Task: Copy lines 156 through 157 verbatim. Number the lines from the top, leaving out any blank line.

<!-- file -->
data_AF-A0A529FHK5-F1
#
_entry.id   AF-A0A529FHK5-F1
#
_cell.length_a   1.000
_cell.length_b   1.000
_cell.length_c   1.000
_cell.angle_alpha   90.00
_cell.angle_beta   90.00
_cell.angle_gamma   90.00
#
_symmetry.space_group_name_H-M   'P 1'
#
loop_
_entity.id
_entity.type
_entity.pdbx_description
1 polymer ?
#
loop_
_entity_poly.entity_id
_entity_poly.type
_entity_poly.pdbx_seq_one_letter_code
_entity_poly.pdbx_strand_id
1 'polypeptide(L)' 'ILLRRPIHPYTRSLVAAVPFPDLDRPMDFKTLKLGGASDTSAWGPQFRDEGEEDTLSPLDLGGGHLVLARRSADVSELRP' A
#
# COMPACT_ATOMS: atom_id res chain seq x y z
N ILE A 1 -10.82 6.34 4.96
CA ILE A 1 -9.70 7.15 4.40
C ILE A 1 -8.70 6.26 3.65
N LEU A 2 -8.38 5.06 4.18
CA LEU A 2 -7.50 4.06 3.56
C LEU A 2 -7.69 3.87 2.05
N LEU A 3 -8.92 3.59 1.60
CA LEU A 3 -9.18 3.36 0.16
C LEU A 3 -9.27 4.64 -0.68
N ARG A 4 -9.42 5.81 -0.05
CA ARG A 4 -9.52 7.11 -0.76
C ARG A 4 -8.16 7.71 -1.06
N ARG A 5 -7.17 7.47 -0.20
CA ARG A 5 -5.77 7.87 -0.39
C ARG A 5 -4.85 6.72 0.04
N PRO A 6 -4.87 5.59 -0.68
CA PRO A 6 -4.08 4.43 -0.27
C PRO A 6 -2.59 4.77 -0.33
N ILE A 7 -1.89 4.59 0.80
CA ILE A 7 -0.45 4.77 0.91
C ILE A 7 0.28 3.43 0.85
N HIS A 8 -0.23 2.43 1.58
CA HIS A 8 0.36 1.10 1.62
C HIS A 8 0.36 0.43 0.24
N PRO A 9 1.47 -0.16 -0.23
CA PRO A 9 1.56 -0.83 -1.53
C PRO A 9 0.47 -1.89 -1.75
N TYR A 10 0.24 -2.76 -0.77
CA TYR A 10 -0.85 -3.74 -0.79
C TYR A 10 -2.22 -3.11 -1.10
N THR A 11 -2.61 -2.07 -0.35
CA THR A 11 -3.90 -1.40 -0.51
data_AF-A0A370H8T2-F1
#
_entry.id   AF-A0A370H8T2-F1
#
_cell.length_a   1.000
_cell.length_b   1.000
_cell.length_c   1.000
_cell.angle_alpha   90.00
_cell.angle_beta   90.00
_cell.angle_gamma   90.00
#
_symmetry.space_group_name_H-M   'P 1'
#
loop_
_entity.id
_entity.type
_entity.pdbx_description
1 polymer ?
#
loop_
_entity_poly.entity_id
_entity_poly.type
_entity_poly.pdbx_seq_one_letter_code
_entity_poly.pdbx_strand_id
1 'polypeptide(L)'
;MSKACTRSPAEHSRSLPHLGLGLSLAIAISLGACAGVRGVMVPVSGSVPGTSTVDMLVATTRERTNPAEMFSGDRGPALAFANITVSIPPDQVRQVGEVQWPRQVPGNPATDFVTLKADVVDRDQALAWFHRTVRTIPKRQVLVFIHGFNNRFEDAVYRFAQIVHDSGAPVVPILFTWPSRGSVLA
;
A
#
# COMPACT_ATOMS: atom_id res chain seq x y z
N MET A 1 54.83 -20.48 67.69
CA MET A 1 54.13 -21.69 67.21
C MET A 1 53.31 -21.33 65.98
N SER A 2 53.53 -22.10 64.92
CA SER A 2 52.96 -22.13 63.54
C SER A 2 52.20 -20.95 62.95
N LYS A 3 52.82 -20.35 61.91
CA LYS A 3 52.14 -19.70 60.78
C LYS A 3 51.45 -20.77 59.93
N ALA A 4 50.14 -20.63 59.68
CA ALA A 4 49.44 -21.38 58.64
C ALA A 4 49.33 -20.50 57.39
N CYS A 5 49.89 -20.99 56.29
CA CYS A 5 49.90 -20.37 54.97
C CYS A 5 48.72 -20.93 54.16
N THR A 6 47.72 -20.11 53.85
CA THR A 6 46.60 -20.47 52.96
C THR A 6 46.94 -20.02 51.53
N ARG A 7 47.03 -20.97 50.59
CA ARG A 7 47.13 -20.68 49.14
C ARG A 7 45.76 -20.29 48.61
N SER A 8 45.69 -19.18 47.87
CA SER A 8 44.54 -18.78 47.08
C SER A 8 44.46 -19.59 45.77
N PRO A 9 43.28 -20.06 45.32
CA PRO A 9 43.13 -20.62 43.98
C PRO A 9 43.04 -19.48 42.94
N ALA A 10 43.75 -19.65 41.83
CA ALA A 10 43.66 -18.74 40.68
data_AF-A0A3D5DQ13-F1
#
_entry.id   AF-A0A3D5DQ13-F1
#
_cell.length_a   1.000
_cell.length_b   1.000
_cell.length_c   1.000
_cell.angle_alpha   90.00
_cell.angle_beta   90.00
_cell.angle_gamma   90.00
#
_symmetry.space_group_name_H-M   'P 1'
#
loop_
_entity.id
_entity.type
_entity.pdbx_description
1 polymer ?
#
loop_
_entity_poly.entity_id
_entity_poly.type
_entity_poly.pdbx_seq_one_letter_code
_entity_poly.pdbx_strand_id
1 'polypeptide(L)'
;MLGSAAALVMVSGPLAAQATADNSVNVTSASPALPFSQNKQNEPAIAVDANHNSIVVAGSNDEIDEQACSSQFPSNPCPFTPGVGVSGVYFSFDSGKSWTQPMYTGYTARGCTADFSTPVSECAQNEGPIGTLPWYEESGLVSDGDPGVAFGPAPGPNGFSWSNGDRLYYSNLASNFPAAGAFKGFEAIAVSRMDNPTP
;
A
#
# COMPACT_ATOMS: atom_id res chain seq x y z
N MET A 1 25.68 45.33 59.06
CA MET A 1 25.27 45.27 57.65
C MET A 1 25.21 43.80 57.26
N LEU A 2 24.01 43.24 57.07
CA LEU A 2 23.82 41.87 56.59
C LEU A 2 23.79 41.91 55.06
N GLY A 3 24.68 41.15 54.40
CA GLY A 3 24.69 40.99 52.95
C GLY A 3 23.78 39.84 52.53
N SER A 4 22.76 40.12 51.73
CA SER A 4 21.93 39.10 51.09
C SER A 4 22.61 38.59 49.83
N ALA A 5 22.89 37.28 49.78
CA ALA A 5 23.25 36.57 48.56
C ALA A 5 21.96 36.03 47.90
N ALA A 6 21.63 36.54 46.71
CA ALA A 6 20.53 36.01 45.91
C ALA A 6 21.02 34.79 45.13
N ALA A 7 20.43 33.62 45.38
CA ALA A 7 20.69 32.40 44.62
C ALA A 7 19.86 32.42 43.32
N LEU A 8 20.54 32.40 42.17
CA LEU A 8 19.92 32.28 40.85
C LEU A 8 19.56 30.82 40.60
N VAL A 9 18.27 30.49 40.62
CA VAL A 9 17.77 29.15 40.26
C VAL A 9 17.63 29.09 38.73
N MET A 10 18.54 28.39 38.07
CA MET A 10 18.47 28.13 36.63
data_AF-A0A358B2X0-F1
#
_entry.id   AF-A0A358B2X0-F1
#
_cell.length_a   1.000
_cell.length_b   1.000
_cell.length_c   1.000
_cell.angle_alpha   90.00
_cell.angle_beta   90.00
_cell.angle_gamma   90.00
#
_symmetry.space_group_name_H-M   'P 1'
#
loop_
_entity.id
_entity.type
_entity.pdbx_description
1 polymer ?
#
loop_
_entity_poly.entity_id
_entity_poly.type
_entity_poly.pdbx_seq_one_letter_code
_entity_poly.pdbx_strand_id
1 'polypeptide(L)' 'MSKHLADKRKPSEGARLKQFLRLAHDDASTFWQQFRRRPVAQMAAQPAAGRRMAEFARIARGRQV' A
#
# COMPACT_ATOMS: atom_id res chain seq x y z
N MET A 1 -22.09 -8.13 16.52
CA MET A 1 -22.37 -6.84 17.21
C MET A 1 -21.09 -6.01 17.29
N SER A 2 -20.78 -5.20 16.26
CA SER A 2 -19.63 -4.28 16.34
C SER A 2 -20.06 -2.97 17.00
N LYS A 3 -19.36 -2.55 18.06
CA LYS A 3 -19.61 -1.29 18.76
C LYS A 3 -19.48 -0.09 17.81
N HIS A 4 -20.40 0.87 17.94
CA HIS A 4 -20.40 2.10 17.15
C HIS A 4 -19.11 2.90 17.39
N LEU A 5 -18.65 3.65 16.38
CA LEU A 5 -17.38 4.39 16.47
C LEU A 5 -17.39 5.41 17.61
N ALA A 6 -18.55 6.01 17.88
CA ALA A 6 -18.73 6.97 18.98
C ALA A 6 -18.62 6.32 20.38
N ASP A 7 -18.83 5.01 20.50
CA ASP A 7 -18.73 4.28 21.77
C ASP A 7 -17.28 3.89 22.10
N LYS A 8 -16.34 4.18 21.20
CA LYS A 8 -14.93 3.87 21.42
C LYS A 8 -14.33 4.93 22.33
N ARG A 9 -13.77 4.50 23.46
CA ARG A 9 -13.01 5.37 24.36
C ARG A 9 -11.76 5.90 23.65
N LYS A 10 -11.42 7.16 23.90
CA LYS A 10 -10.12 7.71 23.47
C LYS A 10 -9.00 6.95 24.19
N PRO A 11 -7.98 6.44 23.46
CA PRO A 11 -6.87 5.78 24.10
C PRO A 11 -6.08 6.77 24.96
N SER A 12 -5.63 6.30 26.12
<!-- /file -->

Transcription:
CA GLY A 3 24.69 40.99 52.95
C GLY A 3 23.78 39.84 52.53